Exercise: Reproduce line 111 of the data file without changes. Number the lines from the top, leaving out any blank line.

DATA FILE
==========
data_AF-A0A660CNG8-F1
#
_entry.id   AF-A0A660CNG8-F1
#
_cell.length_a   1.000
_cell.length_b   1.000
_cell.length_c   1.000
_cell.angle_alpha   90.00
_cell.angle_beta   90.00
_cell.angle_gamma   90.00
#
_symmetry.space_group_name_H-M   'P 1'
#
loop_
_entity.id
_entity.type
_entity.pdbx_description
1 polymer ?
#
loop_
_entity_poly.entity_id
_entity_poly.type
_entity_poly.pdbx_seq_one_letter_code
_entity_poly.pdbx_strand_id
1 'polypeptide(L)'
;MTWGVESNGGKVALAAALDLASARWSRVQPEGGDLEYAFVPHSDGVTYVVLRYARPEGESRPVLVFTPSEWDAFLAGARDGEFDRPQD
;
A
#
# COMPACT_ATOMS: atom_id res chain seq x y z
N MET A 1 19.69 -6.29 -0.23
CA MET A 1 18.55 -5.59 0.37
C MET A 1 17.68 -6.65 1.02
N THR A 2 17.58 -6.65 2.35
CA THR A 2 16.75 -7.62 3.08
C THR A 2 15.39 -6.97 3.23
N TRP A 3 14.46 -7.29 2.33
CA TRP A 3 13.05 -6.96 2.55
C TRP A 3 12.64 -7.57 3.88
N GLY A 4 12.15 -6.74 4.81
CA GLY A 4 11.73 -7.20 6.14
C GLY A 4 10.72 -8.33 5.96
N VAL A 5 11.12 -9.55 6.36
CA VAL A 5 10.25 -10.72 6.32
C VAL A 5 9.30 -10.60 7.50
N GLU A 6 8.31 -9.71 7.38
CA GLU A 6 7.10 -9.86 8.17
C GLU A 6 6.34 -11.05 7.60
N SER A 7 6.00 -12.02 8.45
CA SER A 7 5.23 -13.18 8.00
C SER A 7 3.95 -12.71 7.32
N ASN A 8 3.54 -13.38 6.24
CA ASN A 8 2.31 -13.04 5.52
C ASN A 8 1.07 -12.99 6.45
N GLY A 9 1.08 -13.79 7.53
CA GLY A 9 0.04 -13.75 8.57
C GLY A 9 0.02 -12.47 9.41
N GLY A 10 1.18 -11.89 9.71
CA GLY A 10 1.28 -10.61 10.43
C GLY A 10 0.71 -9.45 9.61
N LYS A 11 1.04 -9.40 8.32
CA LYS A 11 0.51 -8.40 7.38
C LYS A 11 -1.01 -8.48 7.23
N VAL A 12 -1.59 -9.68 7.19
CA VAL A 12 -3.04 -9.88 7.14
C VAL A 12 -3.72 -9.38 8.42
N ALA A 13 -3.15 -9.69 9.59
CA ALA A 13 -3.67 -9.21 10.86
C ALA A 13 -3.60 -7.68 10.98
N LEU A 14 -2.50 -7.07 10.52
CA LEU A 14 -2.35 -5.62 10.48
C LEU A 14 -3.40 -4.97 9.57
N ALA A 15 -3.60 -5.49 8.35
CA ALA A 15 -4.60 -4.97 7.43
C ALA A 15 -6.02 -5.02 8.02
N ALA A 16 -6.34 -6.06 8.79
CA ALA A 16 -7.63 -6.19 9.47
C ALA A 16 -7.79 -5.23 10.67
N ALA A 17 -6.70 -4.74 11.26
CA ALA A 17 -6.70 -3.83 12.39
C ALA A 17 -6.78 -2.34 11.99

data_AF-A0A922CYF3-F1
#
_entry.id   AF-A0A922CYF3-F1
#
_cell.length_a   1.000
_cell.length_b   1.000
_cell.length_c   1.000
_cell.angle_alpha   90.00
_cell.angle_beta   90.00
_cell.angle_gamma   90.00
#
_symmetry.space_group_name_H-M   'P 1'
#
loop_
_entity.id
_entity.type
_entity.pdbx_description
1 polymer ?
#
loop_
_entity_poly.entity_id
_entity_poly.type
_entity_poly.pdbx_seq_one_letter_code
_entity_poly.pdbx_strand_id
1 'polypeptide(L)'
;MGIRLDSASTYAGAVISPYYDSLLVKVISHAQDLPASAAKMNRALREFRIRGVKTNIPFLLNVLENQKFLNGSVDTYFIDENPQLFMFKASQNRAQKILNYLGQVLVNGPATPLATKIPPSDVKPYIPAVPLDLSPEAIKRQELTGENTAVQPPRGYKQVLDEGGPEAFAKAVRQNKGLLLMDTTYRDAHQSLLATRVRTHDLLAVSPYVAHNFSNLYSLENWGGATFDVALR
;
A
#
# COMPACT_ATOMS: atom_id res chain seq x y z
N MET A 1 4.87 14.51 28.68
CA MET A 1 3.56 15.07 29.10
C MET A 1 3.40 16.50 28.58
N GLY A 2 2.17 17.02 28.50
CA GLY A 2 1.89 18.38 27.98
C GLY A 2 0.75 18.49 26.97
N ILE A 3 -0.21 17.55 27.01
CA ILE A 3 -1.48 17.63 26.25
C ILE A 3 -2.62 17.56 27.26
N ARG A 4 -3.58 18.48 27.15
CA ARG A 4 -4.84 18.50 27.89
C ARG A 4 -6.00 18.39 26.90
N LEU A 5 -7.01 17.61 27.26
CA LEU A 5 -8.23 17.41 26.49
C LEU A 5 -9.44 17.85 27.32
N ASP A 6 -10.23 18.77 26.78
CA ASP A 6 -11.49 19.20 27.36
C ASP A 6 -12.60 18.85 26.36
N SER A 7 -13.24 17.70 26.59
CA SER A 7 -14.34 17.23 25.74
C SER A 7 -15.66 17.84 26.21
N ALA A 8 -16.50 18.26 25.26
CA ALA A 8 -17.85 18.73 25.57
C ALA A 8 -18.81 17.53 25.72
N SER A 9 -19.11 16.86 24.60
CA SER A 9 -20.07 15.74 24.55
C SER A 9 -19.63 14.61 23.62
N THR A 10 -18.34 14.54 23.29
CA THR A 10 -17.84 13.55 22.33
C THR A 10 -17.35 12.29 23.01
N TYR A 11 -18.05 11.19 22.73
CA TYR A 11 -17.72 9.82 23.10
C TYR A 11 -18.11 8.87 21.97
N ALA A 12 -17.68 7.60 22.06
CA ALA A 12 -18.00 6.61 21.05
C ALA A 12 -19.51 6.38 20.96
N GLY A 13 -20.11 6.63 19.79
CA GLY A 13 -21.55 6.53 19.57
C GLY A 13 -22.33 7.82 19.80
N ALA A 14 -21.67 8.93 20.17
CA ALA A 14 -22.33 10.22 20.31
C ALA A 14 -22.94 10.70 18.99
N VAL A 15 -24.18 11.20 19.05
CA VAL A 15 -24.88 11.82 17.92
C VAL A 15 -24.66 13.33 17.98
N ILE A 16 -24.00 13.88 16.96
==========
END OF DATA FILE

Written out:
# COMPACT_ATOMS: atom_id res chain seq x y z